At 5:35pm local time, the Sydney Cricket Ground came back to life.
The day had been long and frustrating. The expected full house on Saturday, with the game intriguingly poised, Australia’s supremacy being momentarily challenged and all the publicity generated by the Harbhajan-Symonds controversy, was expected to enthuse fresh spectators, get those already there more pumped up and create an atmosphere that would make cricket the perfect gladiatorial spectator sport.
But the weather played spoilsport instead. Three rain breaks and a chilly breeze that periodically wafted across the stadium meant that this wasn’t exactly a typical summer’s day of cricket. That, and the fact that, on the field, nothing really was happening, meant that people seemed to come and go. Large areas of the SCG stands remained empty.
As the morning wore on and Phil Jaques and Matthew Hayden batted with a solidity that nullified the Indian attack, the hopes of that perfect weekend faded away. They swatted away RP Singh and Ishant Sharma with ease. They treated both Harbhajan Singh and Anil Kumble with more respect but at no stage did they seem intimidated, or even worried, by the fact that the pitch was taking more turn.
The odd ball was edged and wouldn’t carry, the odd shot was mistimed and fell in the gaps, the odd extra run was not taken because the Australian batsmen seemed to be intent on playing to a plan, one that saw them just stand there, come what may.
The flamboyance and aggression normally associated with the Australian batting was missing; in its place was a stubborn determination and a gritty resolve to see this through till the end. It was a different Australia we had on show today, one that did not come charging into your face and beat you down into a pulp, more, perhaps, one that slowly took over your head and let you do the rest.
The Indians incidentally, didn’t really ever look like they would get a wicket, or sustain the intensity of the previous day till the time Kumble broke down Jaques’s mental shutters with the score on 85.
Ponting’s wicket (he could now wear a tag saying ‘Bhajji’s Bunny’) meant that things had opened up again for India. Harbhajan’s football-style run and rollover thereafter, was definitely not taken in good humour by the Aussies but for everyone else, it was quite an incredible sight.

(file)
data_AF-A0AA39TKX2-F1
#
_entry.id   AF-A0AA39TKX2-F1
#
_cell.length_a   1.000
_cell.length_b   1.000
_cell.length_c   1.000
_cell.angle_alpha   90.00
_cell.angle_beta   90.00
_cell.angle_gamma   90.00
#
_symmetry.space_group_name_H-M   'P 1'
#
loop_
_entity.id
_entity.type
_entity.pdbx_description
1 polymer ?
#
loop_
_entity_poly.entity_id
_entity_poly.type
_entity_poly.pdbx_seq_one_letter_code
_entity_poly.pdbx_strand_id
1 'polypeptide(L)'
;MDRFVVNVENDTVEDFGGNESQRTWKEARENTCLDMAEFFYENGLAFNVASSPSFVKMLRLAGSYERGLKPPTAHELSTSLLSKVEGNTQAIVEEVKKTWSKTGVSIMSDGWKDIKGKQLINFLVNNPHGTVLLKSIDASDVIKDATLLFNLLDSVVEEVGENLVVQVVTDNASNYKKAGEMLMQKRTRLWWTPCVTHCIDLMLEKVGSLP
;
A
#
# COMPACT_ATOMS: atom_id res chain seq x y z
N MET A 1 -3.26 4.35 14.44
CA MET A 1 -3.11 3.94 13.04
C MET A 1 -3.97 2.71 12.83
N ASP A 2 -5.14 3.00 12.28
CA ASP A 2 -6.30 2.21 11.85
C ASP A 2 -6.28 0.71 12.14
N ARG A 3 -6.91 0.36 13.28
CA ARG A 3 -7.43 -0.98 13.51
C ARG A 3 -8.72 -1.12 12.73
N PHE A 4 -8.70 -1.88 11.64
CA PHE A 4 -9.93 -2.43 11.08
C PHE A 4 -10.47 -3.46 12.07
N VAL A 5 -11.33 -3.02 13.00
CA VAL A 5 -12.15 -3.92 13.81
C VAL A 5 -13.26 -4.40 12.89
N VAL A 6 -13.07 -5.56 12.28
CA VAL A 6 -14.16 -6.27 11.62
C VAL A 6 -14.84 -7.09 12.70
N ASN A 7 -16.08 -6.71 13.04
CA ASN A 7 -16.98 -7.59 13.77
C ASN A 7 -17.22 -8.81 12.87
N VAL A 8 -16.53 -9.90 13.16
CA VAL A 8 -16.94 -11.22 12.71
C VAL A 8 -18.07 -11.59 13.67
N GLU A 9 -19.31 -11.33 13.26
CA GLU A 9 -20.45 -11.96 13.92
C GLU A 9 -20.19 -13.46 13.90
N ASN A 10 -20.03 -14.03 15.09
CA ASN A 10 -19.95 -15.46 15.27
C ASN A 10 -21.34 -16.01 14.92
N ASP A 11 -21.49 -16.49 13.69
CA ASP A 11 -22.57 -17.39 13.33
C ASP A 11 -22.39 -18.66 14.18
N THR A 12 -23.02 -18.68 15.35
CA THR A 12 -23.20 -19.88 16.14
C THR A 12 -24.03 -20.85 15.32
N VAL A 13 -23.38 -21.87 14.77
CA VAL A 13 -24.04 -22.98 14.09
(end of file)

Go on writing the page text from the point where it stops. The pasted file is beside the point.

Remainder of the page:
But then though, the mood darkened, as Mr Cricket himself, Michael Hussey, walked in to join Hayden, who, frankly, is to Indian bowlers what Laxman must be to the Aussies. Together, they made the afternoon session their own, calmly and cautiously, to possibly bat India out of this game.
Hayden, plagued by a strained thigh muscle, still batted on to make his 29th century and 1500 runs against India till he was trapped by Kumble, who also removed Michael Clarke next ball.
At this point, Australia are 213 runs ahead and have six wickets in hand.
Ponting has a serious dilemma ahead — should he declare early on Sunday and take a chance on an India win or play safe, knowing that Perth’s pace and bounce will give them their best chance of retaining the Border-Gavaskar Trophy? The flip side of that? It means that the current Aussie squad’s quest to equal the world record for maximum Test wins on the trot would be dead.
Then, if Ponting does declare about half an hour before lunch, it might just give his bowlers enough time to have a go at the strong Indian line-up. But then again, what score is safe? Experts say 300.
But logically, on this track, even 280 to chase in, say, 70 overs, would be very tough. Four runs an over through a game is not easy, not for a team facing the Aussies. Logically, this game should be headed for a draw.
Anyway, this is all hypothetical. What was very real was the way Andrew Symonds was greeted by Sydneysiders at the stadium when he walked in to bat at 5:35pm — it was a standing ovation for a man who hadn’t yet faced a ball.
The Indians, possibly conscious that they would be watched very carefully from this time on, behaved with commendable restraint. Whether that will remain on Sunday though, we’ll have to wait and see.